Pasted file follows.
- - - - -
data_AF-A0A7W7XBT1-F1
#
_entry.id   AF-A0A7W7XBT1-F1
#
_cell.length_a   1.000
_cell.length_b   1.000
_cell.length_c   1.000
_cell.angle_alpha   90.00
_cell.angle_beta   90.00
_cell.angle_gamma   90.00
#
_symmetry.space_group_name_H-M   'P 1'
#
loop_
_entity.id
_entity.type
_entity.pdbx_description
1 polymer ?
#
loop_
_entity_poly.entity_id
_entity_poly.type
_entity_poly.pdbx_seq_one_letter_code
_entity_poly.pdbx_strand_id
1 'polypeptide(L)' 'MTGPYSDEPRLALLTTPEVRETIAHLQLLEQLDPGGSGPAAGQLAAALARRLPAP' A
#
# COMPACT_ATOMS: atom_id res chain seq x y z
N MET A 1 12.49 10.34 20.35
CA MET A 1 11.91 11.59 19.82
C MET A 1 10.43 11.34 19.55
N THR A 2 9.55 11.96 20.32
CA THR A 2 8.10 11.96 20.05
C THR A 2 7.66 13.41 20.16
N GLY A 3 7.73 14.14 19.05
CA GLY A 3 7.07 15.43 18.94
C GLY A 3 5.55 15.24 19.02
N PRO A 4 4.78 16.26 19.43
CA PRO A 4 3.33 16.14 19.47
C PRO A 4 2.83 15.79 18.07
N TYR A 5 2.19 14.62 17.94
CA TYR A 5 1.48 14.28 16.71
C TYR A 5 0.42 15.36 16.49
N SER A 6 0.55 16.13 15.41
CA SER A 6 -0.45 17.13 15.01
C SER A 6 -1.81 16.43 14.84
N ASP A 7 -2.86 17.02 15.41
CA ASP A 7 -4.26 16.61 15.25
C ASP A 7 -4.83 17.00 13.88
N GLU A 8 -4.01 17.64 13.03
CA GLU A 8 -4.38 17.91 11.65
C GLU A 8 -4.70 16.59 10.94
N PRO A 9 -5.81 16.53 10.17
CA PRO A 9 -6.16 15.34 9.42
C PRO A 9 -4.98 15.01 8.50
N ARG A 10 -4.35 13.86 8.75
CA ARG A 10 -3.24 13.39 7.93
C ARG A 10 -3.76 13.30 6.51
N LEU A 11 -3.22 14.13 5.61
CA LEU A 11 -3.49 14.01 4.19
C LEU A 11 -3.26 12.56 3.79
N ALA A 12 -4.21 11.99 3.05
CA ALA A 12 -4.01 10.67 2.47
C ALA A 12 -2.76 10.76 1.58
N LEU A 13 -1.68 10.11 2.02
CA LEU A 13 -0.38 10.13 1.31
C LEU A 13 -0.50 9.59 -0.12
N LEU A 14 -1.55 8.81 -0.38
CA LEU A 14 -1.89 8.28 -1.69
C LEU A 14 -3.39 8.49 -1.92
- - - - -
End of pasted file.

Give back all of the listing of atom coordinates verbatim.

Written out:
data_AF-A0A7W7XBT1-F1
#
_entry.id   AF-A0A7W7XBT1-F1
#
_cell.length_a   1.000
_cell.length_b   1.000
_cell.length_c   1.000
_cell.angle_alpha   90.00
_cell.angle_beta   90.00
_cell.angle_gamma   90.00
#
_symmetry.space_group_name_H-M   'P 1'
#
loop_
_entity.id
_entity.type
_entity.pdbx_description
1 polymer ?
#
loop_
_entity_poly.entity_id
_entity_poly.type
_entity_poly.pdbx_seq_one_letter_code
_entity_poly.pdbx_strand_id
1 'polypeptide(L)' 'MTGPYSDEPRLALLTTPEVRETIAHLQLLEQLDPGGSGPAAGQLAAALARRLPAP' A
#
# COMPACT_ATOMS: atom_id res chain seq x y z
N MET A 1 12.49 10.34 20.35
CA MET A 1 11.91 11.59 19.82
C MET A 1 10.43 11.34 19.55
N THR A 2 9.55 11.96 20.32
CA THR A 2 8.10 11.96 20.05
C THR A 2 7.66 13.41 20.16
N GLY A 3 7.73 14.14 19.05
CA GLY A 3 7.07 15.43 18.94
C GLY A 3 5.55 15.24 19.02
N PRO A 4 4.78 16.26 19.43
CA PRO A 4 3.33 16.14 19.47
C PRO A 4 2.83 15.79 18.07
N TYR A 5 2.19 14.62 17.94
CA TYR A 5 1.48 14.28 16.71
C TYR A 5 0.42 15.36 16.49
N SER A 6 0.55 16.13 15.41
CA SER A 6 -0.45 17.13 15.01
C SER A 6 -1.81 16.43 14.84
N ASP A 7 -2.86 17.02 15.41
CA ASP A 7 -4.26 16.61 15.25
C ASP A 7 -4.83 17.00 13.88
N GLU A 8 -4.01 17.64 13.03
CA GLU A 8 -4.38 17.91 11.65
C GLU A 8 -4.70 16.59 10.94
N PRO A 9 -5.81 16.53 10.17
CA PRO A 9 -6.16 15.34 9.42
C PRO A 9 -4.98 15.01 8.50
N ARG A 10 -4.35 13.86 8.75
CA ARG A 10 -3.24 13.39 7.93
C ARG A 10 -3.76 13.30 6.51
N LEU A 11 -3.22 14.13 5.61
CA LEU A 11 -3.49 14.01 4.19
C LEU A 11 -3.26 12.56 3.79
N ALA A 12 -4.21 11.99 3.05
CA ALA A 12 -4.01 10.67 2.47
C ALA A 12 -2.76 10.76 1.58
N LEU A 13 -1.68 10.11 2.02
CA LEU A 13 -0.38 10.13 1.31
C LEU A 13 -0.50 9.59 -0.12
N LEU A 14 -1.55 8.81 -0.38
CA LEU A 14 -1.89 8.28 -1.69
C LEU A 14 -3.39 8.49 -1.92